‘migrations_path’ => dirname(__FILE__).’/doctrine/migrations’,
    ‘sql_path’ => dirname(__FILE__).’/doctrine/data/sql’,
    ‘yaml_schema_path’ => dirname(__FILE__).’/doctrine/schema’
    ));
    }

    Then in index.php, i added the generated models path, cos the models file structure / class names don’t match ZF’s autoloading pattern (?)

    // Ensure library/ is on include_path
    set_include_path(implode(PATH_SEPARATOR, array(
    realpath(APPLICATION_PATH . ‘/../library’),
    realpath(APPLICATION_PATH . ‘/models/generated’),
    get_include_path(),
    )));

    oh, its not just generated, so just for a little variation, i added to the incude path in the config by sticking this line in the ini

    includePaths.model = APPLICATION_PATH “/models”

    presumable ZF adds any includePaths.whatevers to the path, why not say that in the comments is a bit of a mystery to me, i guess they only want *really clever* developers using it. grumble grumble.

    Reply
  22. will

    Hay, out of interest. you can’t really have zend_db models anymore right? wouldn’t it be better to have the doctrine models in their own folder? maybe inside the models folder?

    Reply
  23. Author

    RubenV

    I need to update the article for ZF 1.8, but that won’t be for any time soon, as I’m bogged down by my masters thesis.

    Reply
  24. Lisa Ridley

    Hey! Love your tutorial; however I was getting a PHP Notice when trying to use Doctrine 1.1.3 and Zend Framework 1.8.2 together:

    Notice: Zend_Loader::Zend_Loader::registerAutoload is deprecated as of 1.8.0 and will be removed with 2.0.0; use Zend_Loader_Autoloader instead in [...]/library/zendframework/Zend/Loader.php on line 207

    which stack-traces back to the following line in /application/global.php:

    Zend_Loader::registerAutoload(‘Zend_Loader’);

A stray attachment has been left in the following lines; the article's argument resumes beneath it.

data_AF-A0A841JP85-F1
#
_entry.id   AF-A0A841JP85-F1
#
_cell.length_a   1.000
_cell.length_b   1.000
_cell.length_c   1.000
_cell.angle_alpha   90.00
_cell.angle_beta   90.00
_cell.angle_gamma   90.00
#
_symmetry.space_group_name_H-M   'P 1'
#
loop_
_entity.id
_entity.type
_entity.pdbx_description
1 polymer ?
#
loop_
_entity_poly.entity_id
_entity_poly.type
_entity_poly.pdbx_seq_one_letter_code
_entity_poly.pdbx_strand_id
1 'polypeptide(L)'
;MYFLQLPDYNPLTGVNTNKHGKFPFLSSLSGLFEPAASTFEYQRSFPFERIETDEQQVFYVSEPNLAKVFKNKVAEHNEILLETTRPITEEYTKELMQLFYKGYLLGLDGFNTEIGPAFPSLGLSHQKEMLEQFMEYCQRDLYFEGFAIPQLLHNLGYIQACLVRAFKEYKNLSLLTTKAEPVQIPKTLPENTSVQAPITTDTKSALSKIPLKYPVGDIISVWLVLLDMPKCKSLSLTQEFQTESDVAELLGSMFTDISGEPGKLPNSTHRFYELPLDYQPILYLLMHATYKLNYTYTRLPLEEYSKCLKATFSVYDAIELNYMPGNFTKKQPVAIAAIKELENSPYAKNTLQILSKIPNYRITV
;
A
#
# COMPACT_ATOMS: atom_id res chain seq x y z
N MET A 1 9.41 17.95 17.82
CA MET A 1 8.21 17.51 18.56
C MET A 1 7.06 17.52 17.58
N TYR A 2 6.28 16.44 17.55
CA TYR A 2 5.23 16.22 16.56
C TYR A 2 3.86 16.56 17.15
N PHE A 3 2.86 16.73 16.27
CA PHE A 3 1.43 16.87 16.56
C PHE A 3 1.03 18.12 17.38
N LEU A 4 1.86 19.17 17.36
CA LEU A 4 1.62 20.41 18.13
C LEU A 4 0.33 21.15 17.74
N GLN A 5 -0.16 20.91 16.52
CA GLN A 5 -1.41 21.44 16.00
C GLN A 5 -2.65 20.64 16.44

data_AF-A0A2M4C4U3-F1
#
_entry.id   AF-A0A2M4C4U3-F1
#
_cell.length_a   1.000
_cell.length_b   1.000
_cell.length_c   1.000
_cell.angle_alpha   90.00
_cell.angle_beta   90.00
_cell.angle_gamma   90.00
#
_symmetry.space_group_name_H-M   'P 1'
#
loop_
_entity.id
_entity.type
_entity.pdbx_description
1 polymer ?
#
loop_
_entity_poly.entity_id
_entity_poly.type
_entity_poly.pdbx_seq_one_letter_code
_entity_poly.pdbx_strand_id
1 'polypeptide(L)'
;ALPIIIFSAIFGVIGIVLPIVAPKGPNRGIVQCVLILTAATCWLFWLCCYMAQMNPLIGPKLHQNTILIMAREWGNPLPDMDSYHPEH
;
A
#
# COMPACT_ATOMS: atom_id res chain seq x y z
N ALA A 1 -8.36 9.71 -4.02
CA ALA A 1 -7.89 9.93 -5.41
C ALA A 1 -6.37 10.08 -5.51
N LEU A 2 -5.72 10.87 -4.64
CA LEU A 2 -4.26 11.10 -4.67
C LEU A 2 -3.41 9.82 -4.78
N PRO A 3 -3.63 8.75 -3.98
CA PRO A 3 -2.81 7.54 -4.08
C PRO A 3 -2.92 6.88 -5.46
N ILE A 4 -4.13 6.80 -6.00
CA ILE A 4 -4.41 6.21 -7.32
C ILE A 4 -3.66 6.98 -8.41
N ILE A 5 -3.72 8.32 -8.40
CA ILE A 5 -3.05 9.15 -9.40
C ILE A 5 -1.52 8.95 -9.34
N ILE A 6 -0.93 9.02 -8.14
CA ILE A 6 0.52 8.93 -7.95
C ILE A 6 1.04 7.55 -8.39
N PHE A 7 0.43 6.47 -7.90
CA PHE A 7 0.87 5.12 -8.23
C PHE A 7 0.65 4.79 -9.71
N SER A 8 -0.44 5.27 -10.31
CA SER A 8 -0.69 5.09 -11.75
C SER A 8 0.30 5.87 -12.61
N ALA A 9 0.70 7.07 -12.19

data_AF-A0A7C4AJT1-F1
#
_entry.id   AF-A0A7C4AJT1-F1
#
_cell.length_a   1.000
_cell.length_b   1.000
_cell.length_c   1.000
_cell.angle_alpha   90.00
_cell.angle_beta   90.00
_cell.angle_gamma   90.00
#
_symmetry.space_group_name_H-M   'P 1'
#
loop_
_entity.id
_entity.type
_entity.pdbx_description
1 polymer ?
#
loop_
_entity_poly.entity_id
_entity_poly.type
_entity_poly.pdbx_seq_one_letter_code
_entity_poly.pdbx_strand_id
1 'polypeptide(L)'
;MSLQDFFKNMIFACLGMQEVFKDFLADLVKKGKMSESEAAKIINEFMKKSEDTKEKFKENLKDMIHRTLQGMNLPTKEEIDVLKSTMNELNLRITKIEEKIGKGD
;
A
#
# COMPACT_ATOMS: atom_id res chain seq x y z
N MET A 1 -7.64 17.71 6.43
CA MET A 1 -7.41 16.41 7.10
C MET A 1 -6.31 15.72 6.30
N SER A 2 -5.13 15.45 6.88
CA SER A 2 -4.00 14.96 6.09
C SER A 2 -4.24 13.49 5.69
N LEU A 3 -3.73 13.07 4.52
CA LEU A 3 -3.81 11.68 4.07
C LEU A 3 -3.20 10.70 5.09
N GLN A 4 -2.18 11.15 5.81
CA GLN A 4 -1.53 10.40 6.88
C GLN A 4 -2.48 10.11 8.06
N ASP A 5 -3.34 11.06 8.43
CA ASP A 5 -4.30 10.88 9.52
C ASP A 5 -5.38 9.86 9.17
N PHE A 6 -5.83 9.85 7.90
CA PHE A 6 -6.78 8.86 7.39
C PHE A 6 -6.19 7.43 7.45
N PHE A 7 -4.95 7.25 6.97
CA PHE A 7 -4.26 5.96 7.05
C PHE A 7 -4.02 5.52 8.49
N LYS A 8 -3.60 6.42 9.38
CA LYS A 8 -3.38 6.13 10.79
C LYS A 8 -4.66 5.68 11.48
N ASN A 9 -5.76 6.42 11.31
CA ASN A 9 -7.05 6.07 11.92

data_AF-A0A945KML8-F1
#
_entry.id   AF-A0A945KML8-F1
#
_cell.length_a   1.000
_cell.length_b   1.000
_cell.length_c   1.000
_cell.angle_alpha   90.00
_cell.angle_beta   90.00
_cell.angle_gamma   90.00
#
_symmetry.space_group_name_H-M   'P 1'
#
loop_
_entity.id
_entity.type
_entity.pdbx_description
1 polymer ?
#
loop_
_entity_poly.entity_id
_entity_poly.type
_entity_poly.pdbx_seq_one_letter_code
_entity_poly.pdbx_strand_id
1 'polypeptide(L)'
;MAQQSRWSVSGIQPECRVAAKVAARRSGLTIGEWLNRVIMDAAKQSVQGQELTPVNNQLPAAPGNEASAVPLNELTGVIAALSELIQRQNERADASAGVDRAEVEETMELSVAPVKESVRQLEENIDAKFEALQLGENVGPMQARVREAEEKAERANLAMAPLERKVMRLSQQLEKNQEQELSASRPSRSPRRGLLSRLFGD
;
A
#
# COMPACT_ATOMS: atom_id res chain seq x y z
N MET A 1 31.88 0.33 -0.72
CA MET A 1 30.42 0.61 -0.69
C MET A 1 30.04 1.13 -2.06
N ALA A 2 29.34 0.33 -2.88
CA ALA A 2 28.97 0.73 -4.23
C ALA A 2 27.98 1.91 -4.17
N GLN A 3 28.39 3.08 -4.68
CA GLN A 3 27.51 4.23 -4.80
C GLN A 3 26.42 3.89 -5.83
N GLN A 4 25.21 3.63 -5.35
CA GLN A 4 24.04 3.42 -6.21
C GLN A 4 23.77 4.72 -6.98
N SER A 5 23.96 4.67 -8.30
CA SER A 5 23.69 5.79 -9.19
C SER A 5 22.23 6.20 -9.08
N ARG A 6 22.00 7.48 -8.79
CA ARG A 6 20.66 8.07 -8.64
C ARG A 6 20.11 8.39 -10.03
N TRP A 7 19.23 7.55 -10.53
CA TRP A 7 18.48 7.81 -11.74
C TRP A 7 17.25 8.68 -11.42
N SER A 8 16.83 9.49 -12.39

After doing some research it appears that this notice was introduced as of Zend Framework version 1.8 due to the deprecation and future removal of the autoloader feature of Zend_Loader. The fix I found is as follows:

    Replace the following lines in /application/global.php:

    require_once(‘Zend/Loader.php’);
    Zend_Loader::registerAutoload(‘Zend_Loader’);

    with these:

    require_once(‘Zend/Loader/Autoloader.php’);
    $autoloader = Zend_Loader_Autoloader::getInstance();
    $autoloader->setFallbackAutoloader(true);

    and your tutorial will run properly, although I don’t have a full understanding of the implications of the change since I”m not really clear on why the autoload mechanism in Zend_Loader is being deprecated to begin with, although I think it’s related to the introduction of Namespaces in php 5.3.0, and future enhancements to support them properly in the Zend Framework.

    A second issue that arose is the following notice when error reporting is set to include E_STRICT:

    Strict standards: Only variables should be passed by reference in [...]/library/doctrine/Doctrine/Query.php on line 1187

    which appears to be triggered by a call to Doctrine_Query::execute(), as occurs in IndexController::indexAction() on the following lines:

    $message_query = Doctrine_Query::create()
    ->select()
    ->from(‘Message m’)
    ->orderBy(‘m.posted DESC’);
    $messages = $message_query->execute();

    Again, not alot of information, although this appears to be triggered by Doctrine itself.

    Great tutorial, by the way.

    Reply
  25. Author

    RubenV

    Master thesis has been finished for quite some time now. Right now it’s the PhD that’s keeping me from updating this to ZF 1.10.

    Reply
  26. Abhishek Kushwaha

    Yes Ruben,
    please make it as soon as possible…..
    I am eagerly waiting for the assistance in integrating ZF 1.10 and Doctrine 1.2.2
    :)

    Reply